How mattresses could solve hunger – BBC News

By | February 16, 2020

How mattresses could solve hunger – BBC News
How mattresses could solve hunger – BBC News
10,000 mattresses about 80,000 people that had this is essentially a city that spring up in a very short. Of time, Unity on the results to be able to grow feet; chemistry, professor, the University of Sheffield to be disposed of. Somehow the walls, no disposal mechanism and I’m working on how to grow things message all these beds in a green beds and everyone can have their own Gavin. I’Ve been to a landfill site, seeing so plants growing on an old sofa handsome foam in a box where we can make any atmospheric condition, any temperature any weather.

What all the other functions of the soil come from the nutrients in the water. You can use 20 % of the wall to the E-Tech to grab something in the ground, because the water is not running away it being kept where it’s needed. The challenges, if you have promises used to growing things in soil, be nice to grow things in full biggest and he mated with peas and became the ultimate because he is believed in they call you the green hands band. Can you tell me why that is? Why should I Oak Coffee Cup set phone, says the old mattress and that just talked and died? I’M here at 4 University of the day we’re going to teach a new group of people about the Hydroponic and we’re going to apply the thing with them.

So they can know how to perfectly apply. . How do you think people respond to when you bring up an old lady who spent her whole life and farming in this always leave them that decided spreading so fast and everybody’s? Getting too interested? They used to form a log back in Syria and they’re, looking forward to have it again having the old lady so happy for having their home to rain again and feeling so comfortable comfortable teaching, something you need for the new generation to have their sustainability in the Future in case anything bad happen techniques.

Now it sounds like it’s more of a real home is that is that Fat Tuesday? How much pleasure do you take from from the actual growing flowers and vegetables? That’S so goddamn! You we’ve learned as much as the people here and then they made it flowers to give the fun so many things benefit it all will be taking learnings from here. High heels and low water use, I’m blown you can use on Blow energy use. You can make it work here. You can make it with an environment, can learn from this project about taking value from things that can be reused and recycled.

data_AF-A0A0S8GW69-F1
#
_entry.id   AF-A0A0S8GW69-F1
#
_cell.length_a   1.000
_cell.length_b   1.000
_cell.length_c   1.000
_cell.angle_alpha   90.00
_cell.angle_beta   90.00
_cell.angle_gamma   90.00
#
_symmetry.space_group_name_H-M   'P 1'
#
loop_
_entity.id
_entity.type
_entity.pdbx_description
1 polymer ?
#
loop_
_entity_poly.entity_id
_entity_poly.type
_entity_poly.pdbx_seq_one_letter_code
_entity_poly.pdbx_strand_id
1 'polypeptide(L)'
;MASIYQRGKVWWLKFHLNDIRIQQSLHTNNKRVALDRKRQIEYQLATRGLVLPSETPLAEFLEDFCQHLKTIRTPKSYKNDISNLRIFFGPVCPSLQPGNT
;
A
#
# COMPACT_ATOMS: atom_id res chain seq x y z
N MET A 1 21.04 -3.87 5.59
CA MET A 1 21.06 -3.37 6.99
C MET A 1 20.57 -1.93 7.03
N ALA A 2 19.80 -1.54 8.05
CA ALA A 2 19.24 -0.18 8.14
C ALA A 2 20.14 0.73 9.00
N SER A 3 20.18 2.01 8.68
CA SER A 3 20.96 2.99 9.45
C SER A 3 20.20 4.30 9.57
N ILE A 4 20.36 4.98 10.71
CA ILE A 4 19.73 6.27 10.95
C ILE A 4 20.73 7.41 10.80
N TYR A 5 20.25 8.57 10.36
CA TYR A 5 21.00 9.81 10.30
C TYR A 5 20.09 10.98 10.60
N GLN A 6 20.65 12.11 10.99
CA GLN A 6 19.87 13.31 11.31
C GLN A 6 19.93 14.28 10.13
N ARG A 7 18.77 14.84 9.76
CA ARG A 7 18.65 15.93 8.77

I’M making out streamers out very limited space and really limited resources. Urban environments face a changing climate and there’s limited resources in the future. If that’s a real estate, dr. David Coburn in the hydroponic garden, Opa prof. how important is a swag and in the context of that whole career, I’ve been all sorts of things in my life. I would synchrotrons Newton’s catching facilities. I’M fading rest of my life is. The difference would be able to make two people’s lives with a tiny little bit, tired from the whole load of local ingenuity.


Syrian refugees at Zaatari camp in Jordan and scientists from the University of Sheffield are working together to create a way to grow healthy, fresh food with nothing but water and old mattress foam.

These ‘recycled gardens’ use the mattresses in place of the soil, which solves two problems in one: It reuses the mountain of plastic mattresses that have piled up in the camp and it allows everyone to grow fresh food in a crowded, desert environment.

Victoria Gill has been to the camp in Jordan to see how it’s working.

Produced by Vanessa Clarke. Filmed and edited by Stephen Fildes.

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